Ever wonder how the first iteration of your go-to cocktail came to be? We’re here to help—we’ve researched the backstories of five popular drinks from around the world so you can wow your coworkers the next time you opt for a Negroni at happy hour.

Miss our first round of cocktail histories? Click here for more backstories on some world-renowned drinks.

Piña Colada — San Juan, Puerto Rico

Officially deemed the national drink of Puerto Rico in 1978, the sweet, creamy Piña Colada was created to showcase the island’s best tropical assets: pineapple and coconut. Though origin stories run as wild as a pirate using the drink to boost his crew’s morale, the most widely accepted begins at the bar of the Caribe Hilton Hotel in the capital city of San Juan in the 1950s. In its infant form, the blend of pineapple juice, rum, cream of coconut, and crushed ice was meant to be a milkshake-esque snack for hotel patrons rather than a cocktail. But with the addition of rum, the drink’s popularity exploded.

La Paloma — Tequila, Mexico

Americans might be more familiar with the margarita, but the most popular tequila drink south of the border is actually its grapefruit-infused cousin, La Paloma. We know this cocktail’s town of origin—Tequila—sounds a little too on the nose. But one version of the drink’s alleged history is that it was created by the owner and bartender of La Capilla, Tequila’s local watering hole. Though Tequila boasts plenty of touring opportunities by way of its namesake product, it’s a little off the beaten path for those just visiting Mexico—rest assured you’ll find La Paloma at any bar in Mexico, from Cabo to Riviera Maya. The drink’s mix of tequila, lime juice, grapefruit juice, and soda water is particularly refreshing on a balmy Mexican evening.

Negroni — Florence, Italy

This sophisticated blend of Campari, vermouth, and gin lately is having a moment right now—and its origin story is pretty fun. Though the facts are a little disputable, the cocktail’s most common origin story begins in 1919 with Count Camillo Negroni, a high-rolling Italian nobleman who often traveled to the American Wild West to work as a rodeo clown. The count, visiting the Caffe Cassoni bar in Florence, asked to swap the club soda in his Americano—typically made with vermouth and Campari—for gin. Thus, the count’s namesake drink was born, distinguished from the Americano with its signature orange garnish.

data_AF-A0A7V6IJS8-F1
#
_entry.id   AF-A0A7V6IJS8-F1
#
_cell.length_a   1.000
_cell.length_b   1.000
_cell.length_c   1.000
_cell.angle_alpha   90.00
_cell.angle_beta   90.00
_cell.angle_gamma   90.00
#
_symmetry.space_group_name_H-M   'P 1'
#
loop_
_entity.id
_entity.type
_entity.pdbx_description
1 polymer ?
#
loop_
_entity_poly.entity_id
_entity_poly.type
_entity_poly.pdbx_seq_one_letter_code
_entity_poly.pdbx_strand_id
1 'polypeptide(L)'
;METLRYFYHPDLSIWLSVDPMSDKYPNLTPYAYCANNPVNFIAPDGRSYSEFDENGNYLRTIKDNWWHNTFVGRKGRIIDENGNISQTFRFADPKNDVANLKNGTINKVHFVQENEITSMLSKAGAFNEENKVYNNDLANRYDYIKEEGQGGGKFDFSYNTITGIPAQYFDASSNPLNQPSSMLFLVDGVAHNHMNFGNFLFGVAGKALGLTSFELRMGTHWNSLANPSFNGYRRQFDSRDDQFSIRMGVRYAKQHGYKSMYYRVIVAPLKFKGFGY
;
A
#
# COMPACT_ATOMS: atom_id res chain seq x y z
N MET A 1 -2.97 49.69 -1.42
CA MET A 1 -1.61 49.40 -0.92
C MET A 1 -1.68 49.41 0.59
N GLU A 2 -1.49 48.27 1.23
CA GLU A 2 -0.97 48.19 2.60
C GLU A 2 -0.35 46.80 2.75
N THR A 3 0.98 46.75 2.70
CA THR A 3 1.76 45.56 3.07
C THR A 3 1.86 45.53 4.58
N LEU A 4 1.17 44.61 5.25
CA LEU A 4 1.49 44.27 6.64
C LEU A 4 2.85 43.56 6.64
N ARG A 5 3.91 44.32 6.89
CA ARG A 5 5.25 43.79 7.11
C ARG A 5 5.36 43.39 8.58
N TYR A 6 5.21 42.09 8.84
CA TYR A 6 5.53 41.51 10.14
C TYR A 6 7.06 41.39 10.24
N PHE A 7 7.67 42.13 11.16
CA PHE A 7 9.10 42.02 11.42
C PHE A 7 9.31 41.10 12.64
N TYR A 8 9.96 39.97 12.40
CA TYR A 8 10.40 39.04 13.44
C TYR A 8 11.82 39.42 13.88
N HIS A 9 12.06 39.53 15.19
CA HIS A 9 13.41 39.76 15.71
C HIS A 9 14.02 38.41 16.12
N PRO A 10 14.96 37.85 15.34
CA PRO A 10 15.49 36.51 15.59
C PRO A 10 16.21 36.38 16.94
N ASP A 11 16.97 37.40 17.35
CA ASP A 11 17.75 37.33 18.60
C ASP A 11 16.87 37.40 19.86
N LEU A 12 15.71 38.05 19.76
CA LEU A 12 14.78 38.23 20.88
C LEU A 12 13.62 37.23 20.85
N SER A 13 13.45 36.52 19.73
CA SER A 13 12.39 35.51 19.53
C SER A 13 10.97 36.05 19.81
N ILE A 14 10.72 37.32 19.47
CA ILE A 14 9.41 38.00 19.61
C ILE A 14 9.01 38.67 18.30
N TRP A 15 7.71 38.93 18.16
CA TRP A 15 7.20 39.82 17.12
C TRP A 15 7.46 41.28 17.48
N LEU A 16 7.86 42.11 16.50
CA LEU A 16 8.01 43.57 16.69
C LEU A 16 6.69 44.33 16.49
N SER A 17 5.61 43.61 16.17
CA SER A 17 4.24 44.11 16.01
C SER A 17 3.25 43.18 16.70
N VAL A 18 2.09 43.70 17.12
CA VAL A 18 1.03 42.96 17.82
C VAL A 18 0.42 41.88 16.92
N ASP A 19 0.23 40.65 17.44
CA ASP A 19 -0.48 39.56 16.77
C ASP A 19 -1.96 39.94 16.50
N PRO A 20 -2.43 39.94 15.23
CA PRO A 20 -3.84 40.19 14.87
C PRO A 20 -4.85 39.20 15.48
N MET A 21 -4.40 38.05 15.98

Kir — Burgundy, France

This elegant cocktail’s origin is one for the books, involving a heroic priest, a Nazi occupation, and plenty of wine. Canon Félix Kir was a Catholic priest in the town of Dijon, France, during WWII. When the Nazis arrived to occupy the city in 1940 shortly before the start of the war, Kir was one of the few officials who stayed behind, later helping more than 5,000 prisoners of war escape from the clutches of the Nazis. It’s said he crafted his namesake drink after the Nazis seized all of the region’s famous Burgundy wines; he combined Aligoté white wine with blackcurrant liqueur to mimic the hue of the red that was stolen. Today, the Kir is one of France’s most beloved cocktails, and its creator is forever immortalized as a hero of the French Resistance. (He lived a long and happy life and served as the mayor of Dijon until his death in 1968.)

Gin and Tonic — Mumbai, India

One of the most iconic cocktails of all time, the gin and tonic can trace its roots back to India—with some British influence, of course. During the nation’s occupation of India in the late 1800s, Brits were plagued by mosquitoes in the much warmer climate. They’d use quinine to ward off malaria, dissolving it into water and sugar to stomach the bitter taste. British soldiers were also given a ration of gin, and with that and a dash of lime added to the quinine concoction, the gin and tonic was born. Belly up to any bar in London and order a “G and T” to feel like a local.

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